STANDING COMMITTEE ON ENVIRONMENT, COMMUNICATIONS, INFORMATION TECHNOLOGY AND THE ARTS 30/10/2006 COMMUNICATIONS, INFORMATION TECHNOLOGY AND THE ARTS PORTFOLIO Special Broadcasting Service Corporation (committees/estimate/9768/0002) http://parlinfo.aph.gov.au/parlInfo/search/display/display.w3p;query=Id:%22committees/estimate/9768/0002%22

SBS GUIDELINES FOR THE PLACEMENT OF BREAKS IN SBS TELEVISION PROGRAMS SEPTEMBER 2006 http://media.sbs.com.au/home/upload_media/site_20_rand_1995575143_sbs_advertising_guidelines_2006.pdf

SBS Corporate Plan 2010-13 http://media.sbs.com.au/home/upload_media/site_20_rand_1685307411_sbs_corporate_plan7.pdf

* SPECIAL BROADCASTING SERVICE BILL 1991 Second Reading’ House Hansard Parl No.36. 4 October 1991 – (references below)

* (chamber/hansardr/1991-10-14/0051) Page: 1842 Mr SMITH (Liberal) http://parlinfo.aph.gov.au/parlInfo/search/display/display.w3p;query=Id%3A%22chamber%2Fhansardr%2F1991-10-14%2F0051%22

* (chamber/hansardr/1991-10-14/0061) Page: 1860 Mr SINCLAIR (National) http://parlinfo.aph.gov.au/parlInfo/search/display/display.w3p;query=Id%3A%22chamber%2Fhansardr%2F1991-10-14%2F0061%22

* (chamber/hansardr/1991-10-14/0060) Page: 1857 Mr LEE (Labor) http://parlinfo.aph.gov.au/parlInfo/search/display/display.w3p;query=Id%3A%22chamber%2Fhansardr%2F1991-10-14%2F0060%22

SPECIAL BROADCASTING SERVICE BILL 1991 14/10/1991 (chamber/hansardr/1991-10-14/0057) from http://parlinfo.aph.gov.au/parlInfo/search/display/display.w3p;query=Id%3A%22chamber%2Fhansardr%2F1991-10-14%2F0057%22 (pg inj 1855) and 19 subsequent fragment URLs of Parl No 36 to end (pg inj 1875)

Question No 30, Hansard Ref: EC 66–67, answer (d) http://www.aph.gov.au/Senate/committee/ec_ctte/estimates/supp_1011/bcde/sbs.pdf

Environment and Communications Legislation Committee 18/10/2011 Estimates BROADBAND, COMMUNICATIONS AND THE DIGITAL ECONOMY PORTFOLIO Special Broadcasting Service Corporation:  M Ebeid, Managing Director, SBS page 6 (PDF page 10)“The forecast has now dropped to about $45 million for this year” http://parlinfo.aph.gov.au/parlInfo/download/committees/estimate/2b715df2-8420-43c6-8675-c8418d2c3ed9/toc_pdf/Environment%20and%20Communications%20Legislation%20Committee_2011_10_18_573_Official.pdf;fileType=application%2Fpdf#search=%22committees/estimate/2b715df2-8420-43c6-8675-c8418d2c3ed9/0002%22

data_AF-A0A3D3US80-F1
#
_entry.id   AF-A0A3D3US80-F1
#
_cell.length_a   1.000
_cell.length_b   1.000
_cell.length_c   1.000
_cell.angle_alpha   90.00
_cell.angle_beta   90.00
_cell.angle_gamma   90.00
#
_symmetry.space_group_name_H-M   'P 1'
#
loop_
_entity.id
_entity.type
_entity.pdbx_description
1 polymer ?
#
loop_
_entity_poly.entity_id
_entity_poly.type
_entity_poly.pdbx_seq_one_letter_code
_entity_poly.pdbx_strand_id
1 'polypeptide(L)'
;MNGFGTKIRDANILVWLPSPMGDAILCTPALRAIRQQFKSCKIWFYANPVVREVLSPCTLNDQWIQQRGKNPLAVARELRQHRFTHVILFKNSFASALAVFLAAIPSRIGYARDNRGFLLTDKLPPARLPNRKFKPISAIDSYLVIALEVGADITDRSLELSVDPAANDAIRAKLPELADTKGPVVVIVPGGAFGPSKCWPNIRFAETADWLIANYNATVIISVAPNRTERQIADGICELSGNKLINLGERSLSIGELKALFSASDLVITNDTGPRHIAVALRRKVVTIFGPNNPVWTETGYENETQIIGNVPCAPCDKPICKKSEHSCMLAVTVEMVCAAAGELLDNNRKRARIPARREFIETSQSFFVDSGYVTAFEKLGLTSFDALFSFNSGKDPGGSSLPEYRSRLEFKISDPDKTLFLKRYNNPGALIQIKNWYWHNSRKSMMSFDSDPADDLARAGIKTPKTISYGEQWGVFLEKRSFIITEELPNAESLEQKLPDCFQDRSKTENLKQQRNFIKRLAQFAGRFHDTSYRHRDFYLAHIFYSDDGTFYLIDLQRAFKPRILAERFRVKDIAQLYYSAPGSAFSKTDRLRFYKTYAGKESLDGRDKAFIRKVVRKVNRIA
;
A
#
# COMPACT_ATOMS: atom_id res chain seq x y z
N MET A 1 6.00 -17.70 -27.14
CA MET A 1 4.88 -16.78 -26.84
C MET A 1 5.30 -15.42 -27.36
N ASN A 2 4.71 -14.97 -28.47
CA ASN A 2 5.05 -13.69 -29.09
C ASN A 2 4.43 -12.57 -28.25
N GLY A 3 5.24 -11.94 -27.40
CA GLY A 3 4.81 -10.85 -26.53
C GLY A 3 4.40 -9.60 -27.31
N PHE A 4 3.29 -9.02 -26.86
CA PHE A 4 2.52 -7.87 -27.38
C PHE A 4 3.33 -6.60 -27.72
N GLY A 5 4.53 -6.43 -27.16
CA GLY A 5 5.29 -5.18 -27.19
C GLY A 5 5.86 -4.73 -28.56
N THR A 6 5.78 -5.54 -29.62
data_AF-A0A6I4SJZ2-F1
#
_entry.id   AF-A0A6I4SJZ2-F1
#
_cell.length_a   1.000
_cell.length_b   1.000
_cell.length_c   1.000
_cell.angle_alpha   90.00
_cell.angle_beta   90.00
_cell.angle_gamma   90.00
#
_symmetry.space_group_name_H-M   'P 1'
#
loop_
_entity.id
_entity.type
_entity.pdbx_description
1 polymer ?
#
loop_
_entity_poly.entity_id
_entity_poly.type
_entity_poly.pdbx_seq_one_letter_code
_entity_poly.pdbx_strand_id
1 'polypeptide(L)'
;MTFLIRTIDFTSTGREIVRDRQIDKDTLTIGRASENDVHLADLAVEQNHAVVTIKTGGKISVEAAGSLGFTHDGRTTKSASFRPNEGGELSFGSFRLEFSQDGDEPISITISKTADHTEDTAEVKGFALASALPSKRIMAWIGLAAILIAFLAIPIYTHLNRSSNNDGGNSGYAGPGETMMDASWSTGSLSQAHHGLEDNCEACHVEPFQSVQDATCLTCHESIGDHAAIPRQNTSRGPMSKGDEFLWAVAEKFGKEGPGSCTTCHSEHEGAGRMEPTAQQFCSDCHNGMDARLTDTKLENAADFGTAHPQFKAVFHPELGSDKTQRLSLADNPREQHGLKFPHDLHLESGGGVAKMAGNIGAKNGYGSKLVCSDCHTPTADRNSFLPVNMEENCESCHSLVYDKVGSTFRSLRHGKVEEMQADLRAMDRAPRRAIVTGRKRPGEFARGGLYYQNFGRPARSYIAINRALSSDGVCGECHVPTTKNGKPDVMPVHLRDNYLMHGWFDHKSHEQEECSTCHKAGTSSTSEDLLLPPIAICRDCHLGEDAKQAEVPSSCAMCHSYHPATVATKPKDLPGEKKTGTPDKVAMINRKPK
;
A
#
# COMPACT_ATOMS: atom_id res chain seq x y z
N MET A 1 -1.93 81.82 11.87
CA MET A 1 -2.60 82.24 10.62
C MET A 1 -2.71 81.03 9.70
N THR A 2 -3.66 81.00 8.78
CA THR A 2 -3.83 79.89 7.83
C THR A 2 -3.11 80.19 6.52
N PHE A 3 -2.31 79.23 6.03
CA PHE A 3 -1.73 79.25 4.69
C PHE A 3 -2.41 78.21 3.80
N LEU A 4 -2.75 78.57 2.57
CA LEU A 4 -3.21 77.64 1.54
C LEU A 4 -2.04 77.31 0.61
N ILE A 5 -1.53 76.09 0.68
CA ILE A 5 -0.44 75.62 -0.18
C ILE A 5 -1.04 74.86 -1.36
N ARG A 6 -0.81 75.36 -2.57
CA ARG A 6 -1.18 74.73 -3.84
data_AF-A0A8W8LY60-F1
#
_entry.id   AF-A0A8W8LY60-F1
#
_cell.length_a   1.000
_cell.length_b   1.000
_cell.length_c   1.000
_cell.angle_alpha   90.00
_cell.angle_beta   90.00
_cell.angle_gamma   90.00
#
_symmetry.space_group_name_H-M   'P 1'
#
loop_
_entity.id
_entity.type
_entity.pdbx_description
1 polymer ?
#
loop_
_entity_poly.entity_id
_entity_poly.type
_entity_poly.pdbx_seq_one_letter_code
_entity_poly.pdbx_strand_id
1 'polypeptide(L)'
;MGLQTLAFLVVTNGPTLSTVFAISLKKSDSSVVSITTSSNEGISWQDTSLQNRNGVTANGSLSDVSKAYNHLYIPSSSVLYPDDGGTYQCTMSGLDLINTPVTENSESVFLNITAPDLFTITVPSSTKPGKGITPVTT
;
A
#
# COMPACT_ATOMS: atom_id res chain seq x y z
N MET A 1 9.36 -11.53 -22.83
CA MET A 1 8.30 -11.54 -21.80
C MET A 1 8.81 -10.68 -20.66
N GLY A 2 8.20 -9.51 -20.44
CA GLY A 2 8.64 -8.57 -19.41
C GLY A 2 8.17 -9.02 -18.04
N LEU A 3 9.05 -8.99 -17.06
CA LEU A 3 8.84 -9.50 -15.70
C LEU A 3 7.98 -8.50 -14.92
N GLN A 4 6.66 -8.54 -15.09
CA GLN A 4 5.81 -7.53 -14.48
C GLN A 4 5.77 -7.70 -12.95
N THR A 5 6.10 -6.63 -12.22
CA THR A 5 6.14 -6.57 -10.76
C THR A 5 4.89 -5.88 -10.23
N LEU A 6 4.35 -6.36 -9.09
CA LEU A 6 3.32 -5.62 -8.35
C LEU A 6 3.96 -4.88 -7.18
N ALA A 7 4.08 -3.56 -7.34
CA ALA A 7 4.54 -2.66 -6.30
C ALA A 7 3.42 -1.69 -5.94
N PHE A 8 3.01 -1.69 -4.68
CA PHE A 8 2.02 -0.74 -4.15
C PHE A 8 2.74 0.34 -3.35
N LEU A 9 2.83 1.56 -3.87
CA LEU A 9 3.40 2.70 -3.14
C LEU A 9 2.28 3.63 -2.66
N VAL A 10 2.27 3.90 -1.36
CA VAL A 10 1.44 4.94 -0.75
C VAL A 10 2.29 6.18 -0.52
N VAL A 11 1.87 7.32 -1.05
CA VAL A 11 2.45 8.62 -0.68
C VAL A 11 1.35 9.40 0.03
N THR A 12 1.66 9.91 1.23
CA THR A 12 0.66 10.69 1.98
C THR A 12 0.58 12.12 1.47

SBS Annual Report(s), SBS, http://www.sbs.com.au/aboutus/corporate/view/id/111/h/Annual-Reports

SBS 2001 – 2002 Annual Report, Financial Statements, p 73, (Way Back Machine) http://web.archive.org/web/20030312011429/www.sbs.com.au/2002_annual_report/sbs_financials.pdf

2002 – 2003 Annual Report, Financial Statements, pg 97, Waybackmachine Internet Archive, http://web.archive.org/web/20040413170218/www.sbs.com.au/2003_annual_report/2003_Annual_Report_Financials.pdf

2003 – 2004 Annual Report, Financial Statements, pg 85, Waybackmachine Internet Archive, http://web.archive.org/web/20061231163944/www20.sbs.com.au/sbscorporate/media/documents/5633financials_appedix.pdf

2004 – 2005 Annual Report, Financial Statements, pg 93, Waybackmachine Internet Archive, http://web.archive.org/web/20060621075907/www20.sbs.com.au/sbscorporate/media/documents/193809_financials.pdf

SBS 2005 – 2006 Annual Report, Financial Statements Sec2:93 (Way Back Machine) http://replay.waybackmachine.org/20070607045758/http://www20.sbs.com.au/sbscorporate/media/documents/91508_financial_statements.pdf

SBS 2005 – 06 Annual Report Commercial Affairs Sec2:42 (Way Back Machine) http://web.archive.org/web/20061231081007/http://www20.sbs.com.au/sbscorporate/media/documents/652304_commercial_affairs.pdf

2006 – 2007 Annual Report, Financial Statements, pg 88, Waybackmachine Internet Archive, http://replay.waybackmachine.org/20080812155413/http://www20.sbs.com.au/sbscorporate/media/documents/174sbs_ar067_financial.pdf

2007 – 2008 Annual Report, Financial Statements, pg 96, http://media.sbs.com.au/sbscorporate/documents/6859sbs_annualreport_financialstatements.pdf

2008 – 2009 Annual Report, pg 97, http://media.sbs.com.au/sbscorporate/documents/7738sbs_annual_report_200809.pdf

2009 – 2010 Annual Report, pg 84, http://media.sbs.com.au/home/upload_media/

SBS 2010-11 Annual Report http://media.sbs.com.au/home/upload_media/site_20_rand_1237101070_sbs_annual_report_2010_11.pdf

Environment and Communications Legislation Committee 18/10/2011 Estimates BROADBAND, COMMUNICATIONS AND THE DIGITAL ECONOMY PORTFOLIO Special Broadcasting Service Corporation:  M Ebeid, Managing Director, SBS page 6 (PDF page 10)“The forecast has now dropped to about $45 million for this year” http://parlinfo.aph.gov.au/parlInfo/download/committees/estimate/2b715df2-8420-43c6-8675-c8418d2c3ed9/toc_pdf/Environment%20and%20Communications%20Legislation%20Committee_2011_10_18_573_Official.pdf;fileType=application%2Fpdf#search=%22committees/estimate/2b715df2-8420-43c6-8675-c8418d2c3ed9/0002%22

Comments are closed.